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    The impact of ground water pumping on nearby streams is often estimated using analytic models of the interconnected stream-aquifer system. A common assumption of these models is that the pumped aquifer is underlain by an impermeable formation. A new semianalytic solution for drawdown and stream depletion has been developed that does not require this assumption. This solution shows that pumping-induced flow (leakage) through an underlying aquitard can be an important recharge mechanism in many stream-aquifer systems. The relative importance of this source of recharge increases with the distance between the pumping well and the stream. The distance at which leakage becomes the primary component of the pumping-induced recharge depends on the specific properties of the aquifer, aquitard, and streambed. Even when the aquitard is orders of magnitude less transmissive than the aquifer, leakage can be an important recharge mechanism because of the large surface area over which it occurs. Failure to consider aquitard leakage can lead to large overestimations of both the drawdown produced by pumping and the contribution of stream depletion to the pumping-induced recharge. The ramifications for water resources management and water rights adjudication can be significant. A hypothetical example helps illustrate these points and demonstrates that more attention should be given to estimating the properties of aquitards underlying stream-aquifer systems. The solution presented here should serve as a relatively simple but versatile tool for practical assessments of pumping-induced stream-aquifer interactions. However, this solution should not be used for such assessments without site-specific data that indicate pumping has induced leakage through the aquitard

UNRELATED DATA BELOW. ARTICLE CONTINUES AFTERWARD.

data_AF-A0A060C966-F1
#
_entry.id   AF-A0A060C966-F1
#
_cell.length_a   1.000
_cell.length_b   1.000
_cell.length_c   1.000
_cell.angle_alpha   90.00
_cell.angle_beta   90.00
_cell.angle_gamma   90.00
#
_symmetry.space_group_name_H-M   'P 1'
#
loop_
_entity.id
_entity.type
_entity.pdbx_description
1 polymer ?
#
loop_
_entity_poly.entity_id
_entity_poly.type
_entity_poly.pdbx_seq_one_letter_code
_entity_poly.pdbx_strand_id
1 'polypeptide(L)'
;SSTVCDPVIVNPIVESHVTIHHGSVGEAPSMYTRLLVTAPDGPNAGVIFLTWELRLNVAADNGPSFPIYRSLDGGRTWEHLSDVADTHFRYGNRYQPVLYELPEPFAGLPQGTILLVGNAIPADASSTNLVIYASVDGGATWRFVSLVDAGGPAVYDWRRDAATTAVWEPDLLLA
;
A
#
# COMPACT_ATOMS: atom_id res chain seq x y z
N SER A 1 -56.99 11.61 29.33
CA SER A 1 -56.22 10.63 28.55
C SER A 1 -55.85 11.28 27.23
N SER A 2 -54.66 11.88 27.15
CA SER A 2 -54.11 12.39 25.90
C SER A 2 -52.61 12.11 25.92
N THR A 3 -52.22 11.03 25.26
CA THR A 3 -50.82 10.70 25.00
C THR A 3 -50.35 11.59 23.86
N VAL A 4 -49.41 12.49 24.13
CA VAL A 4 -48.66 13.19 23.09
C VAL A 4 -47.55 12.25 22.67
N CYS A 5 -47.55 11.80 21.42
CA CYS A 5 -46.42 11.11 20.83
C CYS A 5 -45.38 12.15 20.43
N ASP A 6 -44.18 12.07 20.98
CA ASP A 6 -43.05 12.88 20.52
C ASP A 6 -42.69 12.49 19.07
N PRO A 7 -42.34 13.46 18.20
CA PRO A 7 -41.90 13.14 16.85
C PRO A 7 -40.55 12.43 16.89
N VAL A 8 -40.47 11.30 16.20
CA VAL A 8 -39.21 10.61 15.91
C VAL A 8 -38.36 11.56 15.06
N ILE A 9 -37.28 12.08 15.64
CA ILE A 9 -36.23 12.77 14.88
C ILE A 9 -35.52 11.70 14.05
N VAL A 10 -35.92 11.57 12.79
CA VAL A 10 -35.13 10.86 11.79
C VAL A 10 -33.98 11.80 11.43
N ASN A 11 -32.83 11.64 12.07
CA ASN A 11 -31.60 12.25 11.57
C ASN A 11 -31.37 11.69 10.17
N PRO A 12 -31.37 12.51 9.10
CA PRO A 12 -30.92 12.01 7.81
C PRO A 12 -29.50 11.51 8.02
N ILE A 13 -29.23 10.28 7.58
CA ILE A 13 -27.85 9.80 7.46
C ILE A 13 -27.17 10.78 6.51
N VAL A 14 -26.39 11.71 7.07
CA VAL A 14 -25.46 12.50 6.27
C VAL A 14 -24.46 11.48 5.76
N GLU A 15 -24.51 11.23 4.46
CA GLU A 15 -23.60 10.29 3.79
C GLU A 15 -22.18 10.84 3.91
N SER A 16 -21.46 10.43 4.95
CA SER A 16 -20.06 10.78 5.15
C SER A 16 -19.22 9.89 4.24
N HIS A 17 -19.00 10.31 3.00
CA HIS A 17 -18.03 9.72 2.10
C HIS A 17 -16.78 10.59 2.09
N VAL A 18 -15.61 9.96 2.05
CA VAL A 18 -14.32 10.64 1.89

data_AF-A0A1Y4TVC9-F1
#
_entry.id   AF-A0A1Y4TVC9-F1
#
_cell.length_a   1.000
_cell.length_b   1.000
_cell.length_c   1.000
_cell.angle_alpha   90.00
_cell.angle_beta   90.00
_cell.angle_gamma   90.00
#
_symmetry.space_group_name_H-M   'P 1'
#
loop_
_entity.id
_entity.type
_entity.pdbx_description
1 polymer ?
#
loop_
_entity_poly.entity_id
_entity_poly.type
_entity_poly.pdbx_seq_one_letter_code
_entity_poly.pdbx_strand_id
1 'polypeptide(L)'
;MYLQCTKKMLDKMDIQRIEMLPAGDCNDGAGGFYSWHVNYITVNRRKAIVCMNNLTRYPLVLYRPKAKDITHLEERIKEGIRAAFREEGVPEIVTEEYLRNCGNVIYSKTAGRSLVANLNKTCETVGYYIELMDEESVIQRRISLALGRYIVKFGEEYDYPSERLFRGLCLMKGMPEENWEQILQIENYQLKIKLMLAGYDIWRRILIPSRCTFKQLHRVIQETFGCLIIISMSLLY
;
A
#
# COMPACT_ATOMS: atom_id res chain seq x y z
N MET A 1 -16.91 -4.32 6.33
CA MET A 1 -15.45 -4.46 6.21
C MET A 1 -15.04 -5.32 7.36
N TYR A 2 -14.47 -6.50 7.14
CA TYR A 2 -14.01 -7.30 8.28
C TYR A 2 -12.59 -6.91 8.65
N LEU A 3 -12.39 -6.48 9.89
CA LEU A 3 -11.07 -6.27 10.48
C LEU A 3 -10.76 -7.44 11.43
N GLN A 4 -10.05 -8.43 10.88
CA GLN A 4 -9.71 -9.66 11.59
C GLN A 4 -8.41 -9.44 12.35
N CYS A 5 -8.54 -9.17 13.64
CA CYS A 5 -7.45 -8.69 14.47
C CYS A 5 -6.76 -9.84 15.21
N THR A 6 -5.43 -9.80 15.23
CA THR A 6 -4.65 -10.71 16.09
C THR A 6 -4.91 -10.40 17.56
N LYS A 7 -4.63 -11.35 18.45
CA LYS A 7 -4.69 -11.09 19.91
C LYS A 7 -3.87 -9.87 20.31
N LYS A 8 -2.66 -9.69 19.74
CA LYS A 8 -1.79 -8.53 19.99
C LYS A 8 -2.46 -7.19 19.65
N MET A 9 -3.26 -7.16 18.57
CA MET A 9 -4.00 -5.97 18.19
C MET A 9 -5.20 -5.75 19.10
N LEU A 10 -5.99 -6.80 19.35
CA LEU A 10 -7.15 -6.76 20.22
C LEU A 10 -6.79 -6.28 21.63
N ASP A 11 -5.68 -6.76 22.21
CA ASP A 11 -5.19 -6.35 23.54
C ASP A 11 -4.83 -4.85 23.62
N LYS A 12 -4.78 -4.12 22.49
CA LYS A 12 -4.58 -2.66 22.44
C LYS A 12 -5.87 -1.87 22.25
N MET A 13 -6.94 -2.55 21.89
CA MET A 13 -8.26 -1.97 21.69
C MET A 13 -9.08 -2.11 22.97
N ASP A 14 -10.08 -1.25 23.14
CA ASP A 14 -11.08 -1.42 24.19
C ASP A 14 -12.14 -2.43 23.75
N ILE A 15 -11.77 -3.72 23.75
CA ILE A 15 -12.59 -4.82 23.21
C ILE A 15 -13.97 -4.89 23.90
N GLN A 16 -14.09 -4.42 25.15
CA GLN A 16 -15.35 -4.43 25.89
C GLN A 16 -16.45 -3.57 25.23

Impact of grassland conversion to forest on groundwater recharge in the Nebraska Sand Hills

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    Study region: Nebraska National Forest in the High Plains Aquifer, Nebraska Sand Hills, U.S.A. Study focus: This research aimed to investigate the effects of grassland conversions to forest on recharge rates in a century-old experimental forest. The DiffeRential Evolution Adaptive Metropolis (DREAMZS) global optimization algorithm was used to calibrate the effective soil hydraulic parameters from observed soil moisture contents for 220 cm deep uniform soil profiles. The historical recharge rates were then estimated by applying the numerical model HYDRUS 1-D for simulation of two plots representing grasslands and dense pine forest conditions. New hydrological insights: The results indicate that conversion from grasslands to dense pine forests led to vegetation induced changes in soil hydraulic properties, increased rooting depth, and greater leaf area index, which together altered the water budget considerably. The impacts of land use change, expressed in percent of gross precipitation, include a 7% increase in interception associated with an increase in leaf area index, a nearly 10% increase in actual evapotranspiration, and an overall reduction of groundwater recharge by nearly 17%. Simulated average annual recharge rates decreased from 9.65 cm yr−1 in the grassland to 0.07 cm yr−1 in the pine plot. These outcomes highlight the significance of the grassland ecology for water resources, particularly groundwater recharge, in the Nebraska Sand Hills and the overall sustainability and vitality of the High Plains Aquifer

    Dynamic interpretation of slug tests in highly permeable aquifers